To clarify the clinical features of pleural involvement in nontuberculous Mycobacteria (NTM) infection.
We retrospectively reviewed the medical records of NTM cases with pleural involvement who were admitted to our hospital from April 1994 to March 2004. The diversity of pleural involvement, the underlying disorders, the causative pathogens, the treatments and the prognosis were analyzed.
Eight patients (6 males and 2 females) were enrolled in the study. The mean age was 66.8 years old. Four had pleuritis associated with pneumothorax, two had pleuritis without pneumothorax and the other two had pyothorax associated with bronchopleural fistula. On the review of the chest radiographies, cavitary lesions were found in all pneumothorax patients. The rupture of the cavity was confirmed in three pneumothorax cases by chest CT. As the co-morbit conditions, all the patients were non-HIV, but three had underlying disorders: one patient was under steroid therapy for rapidly progressive glomerulonephritis, the other was after was after total gastrectomy, and the last one was receiving warfarin for chronic pulmonary thromboembolism. As causative pathogens, M. avium was isolated from four cases, M. intracellulare from two, M. kansasii and M. xenopi from each one, respectively. Chest drainage was required in six cases and surgery was performed in five. Two cases of pleuritis alone caused by M. avium or M. kansasii were medically treated without chest drainage and had good clinical courses. The prognosis was relatively good and all the patients survived except for one who was complicated with respiratory failure and undergone mechanical ventilation.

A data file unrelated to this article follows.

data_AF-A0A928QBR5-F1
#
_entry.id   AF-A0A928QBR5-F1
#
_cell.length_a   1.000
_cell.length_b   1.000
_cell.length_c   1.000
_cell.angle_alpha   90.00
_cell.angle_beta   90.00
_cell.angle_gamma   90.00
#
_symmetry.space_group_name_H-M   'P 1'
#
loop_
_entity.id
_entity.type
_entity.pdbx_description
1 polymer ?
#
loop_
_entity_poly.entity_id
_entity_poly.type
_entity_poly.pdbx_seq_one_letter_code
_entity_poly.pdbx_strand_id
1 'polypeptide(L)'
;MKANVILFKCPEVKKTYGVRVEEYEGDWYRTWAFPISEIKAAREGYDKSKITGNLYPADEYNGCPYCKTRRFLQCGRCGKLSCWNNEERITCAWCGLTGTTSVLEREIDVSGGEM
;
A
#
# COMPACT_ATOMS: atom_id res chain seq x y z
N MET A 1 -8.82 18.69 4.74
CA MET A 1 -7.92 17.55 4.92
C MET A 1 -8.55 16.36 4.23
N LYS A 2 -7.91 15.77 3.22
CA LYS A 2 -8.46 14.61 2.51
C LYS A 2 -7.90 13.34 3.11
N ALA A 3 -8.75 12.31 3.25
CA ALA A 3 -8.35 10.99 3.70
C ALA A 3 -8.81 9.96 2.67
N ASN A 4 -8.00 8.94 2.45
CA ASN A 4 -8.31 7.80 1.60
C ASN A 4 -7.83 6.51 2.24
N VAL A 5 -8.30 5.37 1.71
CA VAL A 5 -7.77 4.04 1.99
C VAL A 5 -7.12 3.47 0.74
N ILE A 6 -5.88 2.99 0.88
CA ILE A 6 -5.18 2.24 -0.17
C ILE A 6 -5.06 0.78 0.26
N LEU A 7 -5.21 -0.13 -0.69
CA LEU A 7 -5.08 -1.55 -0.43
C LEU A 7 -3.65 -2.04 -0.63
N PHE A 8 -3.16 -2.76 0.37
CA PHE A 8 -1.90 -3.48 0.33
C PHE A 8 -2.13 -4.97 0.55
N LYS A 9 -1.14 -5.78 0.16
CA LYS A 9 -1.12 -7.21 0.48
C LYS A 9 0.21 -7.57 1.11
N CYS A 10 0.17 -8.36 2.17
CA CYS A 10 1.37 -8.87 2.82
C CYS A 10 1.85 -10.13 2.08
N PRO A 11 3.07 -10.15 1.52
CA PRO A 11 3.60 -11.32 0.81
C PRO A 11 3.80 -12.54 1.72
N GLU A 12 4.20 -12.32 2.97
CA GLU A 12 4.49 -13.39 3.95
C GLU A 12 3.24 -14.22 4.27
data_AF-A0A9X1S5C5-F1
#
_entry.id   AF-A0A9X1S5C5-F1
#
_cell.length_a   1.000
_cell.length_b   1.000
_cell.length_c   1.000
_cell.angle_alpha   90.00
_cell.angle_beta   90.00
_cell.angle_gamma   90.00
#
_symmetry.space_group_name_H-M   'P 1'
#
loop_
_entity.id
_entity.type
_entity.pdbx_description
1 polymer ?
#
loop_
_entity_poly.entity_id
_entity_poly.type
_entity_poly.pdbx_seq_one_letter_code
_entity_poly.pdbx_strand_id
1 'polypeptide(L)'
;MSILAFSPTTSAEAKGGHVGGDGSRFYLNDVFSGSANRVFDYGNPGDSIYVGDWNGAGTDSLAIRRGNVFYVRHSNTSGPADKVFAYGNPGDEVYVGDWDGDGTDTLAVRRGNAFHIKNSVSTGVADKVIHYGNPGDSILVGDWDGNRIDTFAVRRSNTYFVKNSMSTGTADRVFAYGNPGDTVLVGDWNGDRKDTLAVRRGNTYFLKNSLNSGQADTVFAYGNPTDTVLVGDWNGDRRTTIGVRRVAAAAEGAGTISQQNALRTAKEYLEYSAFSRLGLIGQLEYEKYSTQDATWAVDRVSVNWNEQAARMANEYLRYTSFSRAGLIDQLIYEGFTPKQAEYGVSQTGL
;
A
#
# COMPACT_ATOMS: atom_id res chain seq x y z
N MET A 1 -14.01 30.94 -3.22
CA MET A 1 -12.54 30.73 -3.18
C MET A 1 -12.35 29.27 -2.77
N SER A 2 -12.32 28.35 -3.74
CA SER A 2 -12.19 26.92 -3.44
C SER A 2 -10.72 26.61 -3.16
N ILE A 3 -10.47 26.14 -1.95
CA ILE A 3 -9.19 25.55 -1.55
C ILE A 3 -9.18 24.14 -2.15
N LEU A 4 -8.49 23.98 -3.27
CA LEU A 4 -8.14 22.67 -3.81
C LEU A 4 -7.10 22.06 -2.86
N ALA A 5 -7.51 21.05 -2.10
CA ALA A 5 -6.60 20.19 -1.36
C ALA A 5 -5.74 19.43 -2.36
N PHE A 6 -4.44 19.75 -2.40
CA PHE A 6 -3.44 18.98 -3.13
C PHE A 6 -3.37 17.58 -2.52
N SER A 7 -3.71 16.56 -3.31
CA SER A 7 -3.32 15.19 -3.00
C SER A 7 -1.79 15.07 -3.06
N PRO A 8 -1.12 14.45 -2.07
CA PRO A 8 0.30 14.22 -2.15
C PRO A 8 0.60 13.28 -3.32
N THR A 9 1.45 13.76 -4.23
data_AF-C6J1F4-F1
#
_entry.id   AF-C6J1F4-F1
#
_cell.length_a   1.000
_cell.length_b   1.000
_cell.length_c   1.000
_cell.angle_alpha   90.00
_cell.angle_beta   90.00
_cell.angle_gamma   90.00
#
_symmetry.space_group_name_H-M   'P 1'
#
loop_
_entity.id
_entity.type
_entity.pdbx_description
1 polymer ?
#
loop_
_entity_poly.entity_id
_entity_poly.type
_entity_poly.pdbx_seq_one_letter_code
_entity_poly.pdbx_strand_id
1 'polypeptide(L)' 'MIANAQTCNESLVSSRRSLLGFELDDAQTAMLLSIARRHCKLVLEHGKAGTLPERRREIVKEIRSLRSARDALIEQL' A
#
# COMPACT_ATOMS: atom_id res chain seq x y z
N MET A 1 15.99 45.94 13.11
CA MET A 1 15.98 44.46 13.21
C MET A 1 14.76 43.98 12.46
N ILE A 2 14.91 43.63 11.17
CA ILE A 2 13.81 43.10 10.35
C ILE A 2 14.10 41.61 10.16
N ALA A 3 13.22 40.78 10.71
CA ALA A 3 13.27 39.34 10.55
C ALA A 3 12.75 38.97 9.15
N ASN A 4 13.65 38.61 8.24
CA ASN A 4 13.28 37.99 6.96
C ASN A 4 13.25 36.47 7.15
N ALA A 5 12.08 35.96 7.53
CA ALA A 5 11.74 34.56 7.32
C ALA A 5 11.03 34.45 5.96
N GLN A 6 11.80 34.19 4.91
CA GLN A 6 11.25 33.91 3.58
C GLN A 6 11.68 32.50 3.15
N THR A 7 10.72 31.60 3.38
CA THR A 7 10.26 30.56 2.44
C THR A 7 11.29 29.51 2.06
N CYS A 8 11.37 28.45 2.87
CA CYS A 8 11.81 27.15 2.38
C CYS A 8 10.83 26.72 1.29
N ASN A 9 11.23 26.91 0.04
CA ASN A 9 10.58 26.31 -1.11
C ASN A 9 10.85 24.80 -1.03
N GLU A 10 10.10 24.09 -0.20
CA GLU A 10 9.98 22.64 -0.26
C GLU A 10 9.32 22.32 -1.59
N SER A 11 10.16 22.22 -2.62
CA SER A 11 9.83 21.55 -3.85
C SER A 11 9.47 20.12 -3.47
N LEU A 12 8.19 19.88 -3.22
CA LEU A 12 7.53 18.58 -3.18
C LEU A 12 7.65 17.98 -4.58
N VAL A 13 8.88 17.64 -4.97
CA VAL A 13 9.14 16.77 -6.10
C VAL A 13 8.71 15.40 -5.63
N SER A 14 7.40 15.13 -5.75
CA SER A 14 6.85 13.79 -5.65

Pleuritis was the most common form of pleural involvement of NTM infection, and M. avium was the most common pathogen. Cavitary lesions were found in all the patients who were associated with pneumothorax, suggesting the responsibility of such cavitary lesions in the pathogenesis of pneumothorax.
Early surgical intervention is essential for successful treatment for NTM infection complicated with pneumothorax.
M. Kawabata, None.